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The trailer would be more versatile but also larger and more $$$.
The Curt hitch and HF trailer, maybe $500 or $600 ish depending on what trailer and such.
If you install hitch and build trailer diy.
For my 2018 Soul Turbo, I got my Curt hitch for $130 + $50 mount + $75 installed by U-Haul. Not very expensive at etrailer.com. Mainly, I use it for my hitch bike rack.
 

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We have a 2016 soul + with no roof rails and no trailer hitch. We are planning on making a trip to Florida (from Indiana) at the end of April and my wife and I were talking about ways to add additional storage capacity.
For reference we did this trip last year and fit everything we needed to behind the 2nd row of seats (we have two kids) but it was really tight... mainly due to our double stroller.

I was thinking about adding a soft rooftop carrier to the top of the car (my dad used to do this on family road trips growing up) but we have no roof rails to hold it down and the options to do it without roof rails seem questionable (at least for long-term use). I could add roof rails but that's an additional cost (not trying to spend a fortune here if possible). Also, I'm wondering how much adding something like this would kill the gas mileage.

The other option is adding a hitch and one of those rear floating cargo carriers. I have no experience with those so no idea how ideal (or not) they are.

Just looking for general opinions at this point. The biggest factor is storing our stroller since it consumes the most space behind the 2nd row of seats. Thanks.
I'd recommend a trailer hitch receiver and a cargo platform (Harbor Freight). You can buy a large plastic tub at Walmart to set on the platform, a blue 5X8 tarp and a pair of ratchet tie downs to secure the tub and contents to the platform. Cover the tub and contents with the tarp. Attach the ratchet tie downs and cinch them. Use a few short bungie cords to secure the ends of the tarp to the platform. This works good, but you can't open the rear hatch with the platform loaded.
 

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I'd recommend a trailer hitch receiver and a cargo platform (Harbor Freight).
The local law enforcement might have some issues with not being able to see the plate clearly (they do around here, anyway). I've been pulled over a few times with just the tray-type bike rack on the back (no bikes) because it doesn't allow a clear shot of the plate. Your mileage may vary.
 

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Had the same issue- my truck engine took a dump the day before we were supposed to leave to drive 10 hours across Texas for spring break. I bought the OEM roof rack from the dealer and had it on in under 10 minutes. It's a really nice set of bars for $250- wide and contoured for good aero, and they don't have any significant effect on gas mileage. They integrate well enough with the lines of the car that I decided to leave them on. I have a roof cargo box that I put on and take off as needed. The one I have is a "SportRack" brand that is actually made by Thule, just branded as their budget line. It was $200 ish shipped through Amazon Prime. I'd go ahead and get the roof bars for future added capability.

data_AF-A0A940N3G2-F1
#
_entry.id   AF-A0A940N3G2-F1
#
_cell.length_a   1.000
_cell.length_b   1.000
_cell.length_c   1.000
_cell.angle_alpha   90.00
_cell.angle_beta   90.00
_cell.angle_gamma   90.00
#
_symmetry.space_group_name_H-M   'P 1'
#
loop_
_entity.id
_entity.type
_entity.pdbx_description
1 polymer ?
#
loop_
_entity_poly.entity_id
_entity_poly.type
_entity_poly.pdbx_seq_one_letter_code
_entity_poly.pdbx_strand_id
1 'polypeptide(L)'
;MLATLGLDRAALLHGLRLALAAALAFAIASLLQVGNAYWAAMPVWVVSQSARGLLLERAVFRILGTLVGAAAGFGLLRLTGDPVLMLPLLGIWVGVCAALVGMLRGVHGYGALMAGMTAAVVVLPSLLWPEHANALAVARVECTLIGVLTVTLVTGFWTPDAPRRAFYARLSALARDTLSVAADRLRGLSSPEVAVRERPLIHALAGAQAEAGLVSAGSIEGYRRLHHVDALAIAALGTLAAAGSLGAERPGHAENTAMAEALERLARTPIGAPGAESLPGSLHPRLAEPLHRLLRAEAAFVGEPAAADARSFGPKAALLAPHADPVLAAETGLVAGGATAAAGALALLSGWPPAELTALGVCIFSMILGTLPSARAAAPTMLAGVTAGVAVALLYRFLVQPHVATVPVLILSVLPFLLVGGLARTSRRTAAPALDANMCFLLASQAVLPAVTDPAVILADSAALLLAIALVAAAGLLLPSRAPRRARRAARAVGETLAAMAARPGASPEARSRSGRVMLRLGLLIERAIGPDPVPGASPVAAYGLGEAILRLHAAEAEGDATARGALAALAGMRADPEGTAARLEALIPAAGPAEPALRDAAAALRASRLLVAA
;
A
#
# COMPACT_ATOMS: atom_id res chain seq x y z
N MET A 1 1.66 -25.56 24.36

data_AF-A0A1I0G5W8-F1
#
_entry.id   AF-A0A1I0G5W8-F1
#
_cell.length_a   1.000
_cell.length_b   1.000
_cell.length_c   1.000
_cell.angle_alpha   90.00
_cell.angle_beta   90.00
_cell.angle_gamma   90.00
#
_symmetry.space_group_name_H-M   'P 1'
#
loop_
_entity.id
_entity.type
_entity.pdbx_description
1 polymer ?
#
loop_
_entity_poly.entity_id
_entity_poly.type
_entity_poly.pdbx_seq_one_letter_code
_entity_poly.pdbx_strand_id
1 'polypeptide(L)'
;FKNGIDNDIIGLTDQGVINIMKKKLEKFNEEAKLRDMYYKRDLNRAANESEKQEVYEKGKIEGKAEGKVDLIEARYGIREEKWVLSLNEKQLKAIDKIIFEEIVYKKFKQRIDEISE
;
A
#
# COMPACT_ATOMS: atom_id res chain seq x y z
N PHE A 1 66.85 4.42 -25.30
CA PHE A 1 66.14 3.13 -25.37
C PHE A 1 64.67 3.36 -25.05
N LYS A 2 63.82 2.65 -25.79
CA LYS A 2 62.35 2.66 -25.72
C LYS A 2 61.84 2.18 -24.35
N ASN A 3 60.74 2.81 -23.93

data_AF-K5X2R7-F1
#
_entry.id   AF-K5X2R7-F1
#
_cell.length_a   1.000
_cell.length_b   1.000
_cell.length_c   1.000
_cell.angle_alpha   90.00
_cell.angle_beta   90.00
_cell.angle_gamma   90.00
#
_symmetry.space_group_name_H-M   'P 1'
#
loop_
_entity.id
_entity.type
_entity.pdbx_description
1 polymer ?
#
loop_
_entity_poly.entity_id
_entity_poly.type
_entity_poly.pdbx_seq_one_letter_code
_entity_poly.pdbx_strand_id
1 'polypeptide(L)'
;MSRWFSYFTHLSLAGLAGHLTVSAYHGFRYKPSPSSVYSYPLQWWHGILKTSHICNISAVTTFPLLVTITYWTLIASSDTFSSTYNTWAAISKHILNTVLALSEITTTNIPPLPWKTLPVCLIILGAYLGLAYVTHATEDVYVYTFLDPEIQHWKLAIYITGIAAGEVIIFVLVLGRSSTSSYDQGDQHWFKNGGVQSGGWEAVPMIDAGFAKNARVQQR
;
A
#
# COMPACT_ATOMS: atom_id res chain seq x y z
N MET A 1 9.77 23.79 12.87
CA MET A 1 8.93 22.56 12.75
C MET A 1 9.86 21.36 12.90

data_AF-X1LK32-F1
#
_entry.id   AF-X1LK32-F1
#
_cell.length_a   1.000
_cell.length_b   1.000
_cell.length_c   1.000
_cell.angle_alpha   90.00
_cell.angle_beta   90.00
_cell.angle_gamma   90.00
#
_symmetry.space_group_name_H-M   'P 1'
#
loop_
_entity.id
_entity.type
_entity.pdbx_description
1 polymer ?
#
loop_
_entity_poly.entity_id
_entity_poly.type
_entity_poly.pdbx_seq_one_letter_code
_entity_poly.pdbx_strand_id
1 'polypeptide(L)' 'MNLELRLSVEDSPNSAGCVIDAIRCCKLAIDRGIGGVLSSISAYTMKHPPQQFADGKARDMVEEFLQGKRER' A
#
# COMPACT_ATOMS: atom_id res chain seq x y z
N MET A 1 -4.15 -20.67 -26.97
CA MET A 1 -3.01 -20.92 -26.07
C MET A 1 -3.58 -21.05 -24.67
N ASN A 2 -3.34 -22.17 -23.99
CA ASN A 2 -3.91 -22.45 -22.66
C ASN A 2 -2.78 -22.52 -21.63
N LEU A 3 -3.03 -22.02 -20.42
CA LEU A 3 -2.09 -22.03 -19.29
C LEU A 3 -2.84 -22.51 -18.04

If you get a roof BAG, make sure to get one that has enough tension straps to keep the top and front from flying around in the wind.
 

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Not sure if you have pulled the trigger on a roof rack or trailer hitch, but I agree with jdmartin--it would be much simpler to rent a minivan, especially if you are a reasonable driving distance from an airport. If you are a Costco member, check out the car rental rates in their travel section--they list 4-6 rental companies and their best rates. There is no cost or obligation to snag deals (unlike Priceline or Hotwire) and if you check a couple times per week after your first reservation and if the prices drop, you can make a new reservation then cancel the first one. It is amazing how much the prices vary from day to day for the same vehicle at the same location. If you don't live close to an airport, I am not sure if the local rental outlets have low rates like the airports.

Traveling a long distance in a packed vehicle can be physically and mentally taxing. Plus having your cargo inside provides an extra layer of security--out here on the left coast, miscreants will relieve you of your belongings if they are on cargo trays or roof top trays/soft carriers when the vehicle is parked in a restaurant or place of lodging.

I love my Soul, but minivans ride much better and have almost the same mpg. I installed a Curt hitch a while back for bike racks, but usually end up putting the bikes in the back of our van.
 

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If you don't live close to an airport, I am not sure if the local rental outlets have low rates like the airports.
I think I have read rental places not near the airport are a better deal, usually.
The ones at or adjacent the airport figure they have captive customers, who fly in and want a car, and don't want to find a way into town to get a cheaper deal. That said I have done OK with package deals on Orbitz, getting car at the airport. It is certainly more convenient that way.

Side note, a low cost rental was how I came to the Soul. I had no idea what a Kia Soul was before that. :)